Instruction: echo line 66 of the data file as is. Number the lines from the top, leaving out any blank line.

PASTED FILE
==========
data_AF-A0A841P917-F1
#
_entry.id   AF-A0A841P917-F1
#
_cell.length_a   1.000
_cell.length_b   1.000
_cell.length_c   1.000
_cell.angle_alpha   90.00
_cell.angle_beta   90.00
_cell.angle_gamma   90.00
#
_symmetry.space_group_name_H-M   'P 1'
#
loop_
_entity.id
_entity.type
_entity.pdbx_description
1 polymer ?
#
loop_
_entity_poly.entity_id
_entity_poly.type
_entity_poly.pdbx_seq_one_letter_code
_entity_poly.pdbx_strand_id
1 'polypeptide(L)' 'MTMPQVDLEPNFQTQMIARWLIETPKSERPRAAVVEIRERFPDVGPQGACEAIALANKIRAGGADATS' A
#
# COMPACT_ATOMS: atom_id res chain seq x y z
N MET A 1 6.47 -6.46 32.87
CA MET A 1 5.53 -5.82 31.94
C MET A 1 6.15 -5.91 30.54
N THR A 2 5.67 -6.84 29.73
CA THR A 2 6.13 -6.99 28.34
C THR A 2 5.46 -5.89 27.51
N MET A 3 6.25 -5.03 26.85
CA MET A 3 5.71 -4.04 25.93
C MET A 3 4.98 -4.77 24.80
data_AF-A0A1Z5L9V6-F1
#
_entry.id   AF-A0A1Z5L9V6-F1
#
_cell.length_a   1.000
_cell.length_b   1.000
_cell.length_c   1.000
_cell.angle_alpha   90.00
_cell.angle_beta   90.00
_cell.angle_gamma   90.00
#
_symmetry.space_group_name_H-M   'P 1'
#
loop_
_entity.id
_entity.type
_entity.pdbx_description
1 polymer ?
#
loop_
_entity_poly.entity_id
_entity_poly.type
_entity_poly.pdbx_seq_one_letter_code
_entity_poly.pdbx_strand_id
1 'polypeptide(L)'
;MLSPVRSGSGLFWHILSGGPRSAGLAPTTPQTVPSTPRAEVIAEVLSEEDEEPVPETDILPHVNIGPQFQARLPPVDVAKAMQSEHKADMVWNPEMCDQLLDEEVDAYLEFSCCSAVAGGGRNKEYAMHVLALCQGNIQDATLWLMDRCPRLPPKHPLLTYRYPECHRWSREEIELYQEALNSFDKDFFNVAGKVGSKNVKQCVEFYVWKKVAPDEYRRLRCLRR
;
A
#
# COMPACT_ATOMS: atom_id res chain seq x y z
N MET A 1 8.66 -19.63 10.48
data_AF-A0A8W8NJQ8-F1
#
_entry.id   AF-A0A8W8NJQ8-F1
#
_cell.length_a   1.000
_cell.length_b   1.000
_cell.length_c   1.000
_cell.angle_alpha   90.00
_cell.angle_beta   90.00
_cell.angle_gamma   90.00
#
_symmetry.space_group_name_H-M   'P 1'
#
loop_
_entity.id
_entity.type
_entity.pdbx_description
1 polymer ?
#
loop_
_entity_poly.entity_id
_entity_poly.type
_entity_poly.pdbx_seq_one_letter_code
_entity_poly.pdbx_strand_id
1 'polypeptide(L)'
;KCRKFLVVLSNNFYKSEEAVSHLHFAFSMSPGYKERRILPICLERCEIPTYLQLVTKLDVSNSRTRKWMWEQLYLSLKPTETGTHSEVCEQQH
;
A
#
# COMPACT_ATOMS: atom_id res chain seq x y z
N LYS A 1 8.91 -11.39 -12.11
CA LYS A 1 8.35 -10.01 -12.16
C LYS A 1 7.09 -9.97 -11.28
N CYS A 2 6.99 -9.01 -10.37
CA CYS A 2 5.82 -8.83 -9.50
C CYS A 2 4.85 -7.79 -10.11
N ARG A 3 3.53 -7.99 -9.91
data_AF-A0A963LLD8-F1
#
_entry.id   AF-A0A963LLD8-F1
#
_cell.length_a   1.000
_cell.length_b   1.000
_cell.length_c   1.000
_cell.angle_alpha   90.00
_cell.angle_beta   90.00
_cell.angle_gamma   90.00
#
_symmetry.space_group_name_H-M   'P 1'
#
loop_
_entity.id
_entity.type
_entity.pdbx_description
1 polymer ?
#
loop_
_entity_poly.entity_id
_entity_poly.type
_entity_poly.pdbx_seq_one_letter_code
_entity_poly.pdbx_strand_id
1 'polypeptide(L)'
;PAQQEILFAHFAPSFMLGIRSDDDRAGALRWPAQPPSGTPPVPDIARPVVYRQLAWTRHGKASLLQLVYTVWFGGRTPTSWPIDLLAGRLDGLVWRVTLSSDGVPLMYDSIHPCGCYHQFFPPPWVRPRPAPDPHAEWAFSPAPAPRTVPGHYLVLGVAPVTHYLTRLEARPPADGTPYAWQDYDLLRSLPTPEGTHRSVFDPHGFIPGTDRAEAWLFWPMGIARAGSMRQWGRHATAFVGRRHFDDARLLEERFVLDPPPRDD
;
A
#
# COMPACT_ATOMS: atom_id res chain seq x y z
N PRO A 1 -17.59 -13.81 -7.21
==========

# COMPACT_ATOMS: atom_id res chain seq x y z